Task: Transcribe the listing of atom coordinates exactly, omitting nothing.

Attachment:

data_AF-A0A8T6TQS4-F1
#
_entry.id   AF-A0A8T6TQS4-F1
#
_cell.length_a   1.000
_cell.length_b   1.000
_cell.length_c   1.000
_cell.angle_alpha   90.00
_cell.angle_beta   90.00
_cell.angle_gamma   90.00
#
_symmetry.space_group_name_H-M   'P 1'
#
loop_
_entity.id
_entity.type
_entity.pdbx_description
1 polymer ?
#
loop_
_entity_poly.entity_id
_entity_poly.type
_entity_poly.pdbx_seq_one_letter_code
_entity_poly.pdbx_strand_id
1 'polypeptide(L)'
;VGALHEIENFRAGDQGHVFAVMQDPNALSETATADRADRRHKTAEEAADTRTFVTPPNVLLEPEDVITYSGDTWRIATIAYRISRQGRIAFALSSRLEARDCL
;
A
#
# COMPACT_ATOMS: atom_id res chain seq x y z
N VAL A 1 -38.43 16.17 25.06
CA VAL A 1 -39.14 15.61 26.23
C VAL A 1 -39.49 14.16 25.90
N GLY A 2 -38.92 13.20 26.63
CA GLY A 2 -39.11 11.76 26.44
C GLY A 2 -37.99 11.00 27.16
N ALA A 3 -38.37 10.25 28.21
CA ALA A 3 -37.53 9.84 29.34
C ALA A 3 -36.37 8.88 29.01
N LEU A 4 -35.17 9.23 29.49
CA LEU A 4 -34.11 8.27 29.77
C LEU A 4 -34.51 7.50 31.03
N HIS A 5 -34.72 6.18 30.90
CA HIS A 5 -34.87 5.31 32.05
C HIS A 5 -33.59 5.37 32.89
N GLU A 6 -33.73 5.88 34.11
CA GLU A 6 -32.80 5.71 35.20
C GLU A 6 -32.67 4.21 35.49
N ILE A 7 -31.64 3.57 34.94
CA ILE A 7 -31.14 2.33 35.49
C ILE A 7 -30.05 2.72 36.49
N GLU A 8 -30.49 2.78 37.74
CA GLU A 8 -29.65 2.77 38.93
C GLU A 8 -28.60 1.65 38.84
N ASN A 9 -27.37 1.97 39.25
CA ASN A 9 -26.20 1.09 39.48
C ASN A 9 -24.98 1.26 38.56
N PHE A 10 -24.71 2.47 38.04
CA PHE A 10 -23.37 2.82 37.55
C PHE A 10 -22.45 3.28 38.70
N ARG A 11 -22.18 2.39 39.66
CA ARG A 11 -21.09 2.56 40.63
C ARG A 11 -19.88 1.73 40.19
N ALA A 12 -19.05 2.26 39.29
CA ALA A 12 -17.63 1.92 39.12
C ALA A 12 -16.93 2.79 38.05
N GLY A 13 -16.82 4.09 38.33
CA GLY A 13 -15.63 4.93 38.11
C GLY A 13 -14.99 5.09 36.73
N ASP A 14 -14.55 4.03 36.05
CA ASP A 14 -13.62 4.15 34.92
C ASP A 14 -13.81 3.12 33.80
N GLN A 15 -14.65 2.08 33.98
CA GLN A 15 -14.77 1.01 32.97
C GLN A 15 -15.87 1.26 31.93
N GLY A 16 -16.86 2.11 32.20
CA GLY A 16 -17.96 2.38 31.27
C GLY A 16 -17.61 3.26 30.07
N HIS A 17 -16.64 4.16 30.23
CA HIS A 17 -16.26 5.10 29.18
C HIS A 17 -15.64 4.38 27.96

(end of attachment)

data_AF-A0A8T6TQS4-F1
#
_entry.id   AF-A0A8T6TQS4-F1
#
_cell.length_a   1.000
_cell.length_b   1.000
_cell.length_c   1.000
_cell.angle_alpha   90.00
_cell.angle_beta   90.00
_cell.angle_gamma   90.00
#
_symmetry.space_group_name_H-M   'P 1'
#
loop_
_entity.id
_entity.type
_entity.pdbx_description
1 polymer ?
#
loop_
_entity_poly.entity_id
_entity_poly.type
_entity_poly.pdbx_seq_one_letter_code
_entity_poly.pdbx_strand_id
1 'polypeptide(L)'
;VGALHEIENFRAGDQGHVFAVMQDPNALSETATADRADRRHKTAEEAADTRTFVTPPNVLLEPEDVITYSGDTWRIATIAYRISRQGRIAFALSSRLEARDCL
;
A
#
# COMPACT_ATOMS: atom_id res chain seq x y z
N VAL A 1 -38.43 16.17 25.06
CA VAL A 1 -39.14 15.61 26.23
C VAL A 1 -39.49 14.16 25.90
N GLY A 2 -38.92 13.20 26.63
CA GLY A 2 -39.11 11.76 26.44
C GLY A 2 -37.99 11.00 27.16
N ALA A 3 -38.37 10.25 28.21
CA ALA A 3 -37.53 9.84 29.34
C ALA A 3 -36.37 8.88 29.01
N LEU A 4 -35.17 9.23 29.49
CA LEU A 4 -34.11 8.27 29.77
C LEU A 4 -34.51 7.50 31.03
N HIS A 5 -34.72 6.18 30.90
CA HIS A 5 -34.87 5.31 32.05
C HIS A 5 -33.59 5.37 32.89
N GLU A 6 -33.73 5.88 34.11
CA GLU A 6 -32.80 5.71 35.20
C GLU A 6 -32.67 4.21 35.49
N ILE A 7 -31.64 3.57 34.94
CA ILE A 7 -31.14 2.33 35.49
C ILE A 7 -30.05 2.72 36.49
N GLU A 8 -30.49 2.78 37.74
CA GLU A 8 -29.65 2.77 38.93
C GLU A 8 -28.60 1.65 38.84
N ASN A 9 -27.37 1.97 39.25
CA ASN A 9 -26.20 1.09 39.48
C ASN A 9 -24.98 1.26 38.56
N PHE A 10 -24.71 2.47 38.04
CA PHE A 10 -23.37 2.82 37.55
C PHE A 10 -22.45 3.28 38.70
N ARG A 11 -22.18 2.39 39.66
CA ARG A 11 -21.09 2.56 40.63
C ARG A 11 -19.88 1.73 40.19
N ALA A 12 -19.05 2.26 39.29
CA ALA A 12 -17.63 1.92 39.12
C ALA A 12 -16.93 2.79 38.05
N GLY A 13 -16.82 4.09 38.33
CA GLY A 13 -15.63 4.93 38.11
C GLY A 13 -14.99 5.09 36.73
N ASP A 14 -14.55 4.03 36.05
CA ASP A 14 -13.62 4.15 34.92
C ASP A 14 -13.81 3.12 33.80
N GLN A 15 -14.65 2.08 33.98
CA GLN A 15 -14.77 1.01 32.97
C GLN A 15 -15.87 1.26 31.93
N GLY A 16 -16.86 2.11 32.20
CA GLY A 16 -17.96 2.38 31.27
C GLY A 16 -17.61 3.26 30.07
N HIS A 17 -16.64 4.16 30.23
CA HIS A 17 -16.26 5.10 29.18
C HIS A 17 -15.64 4.38 27.96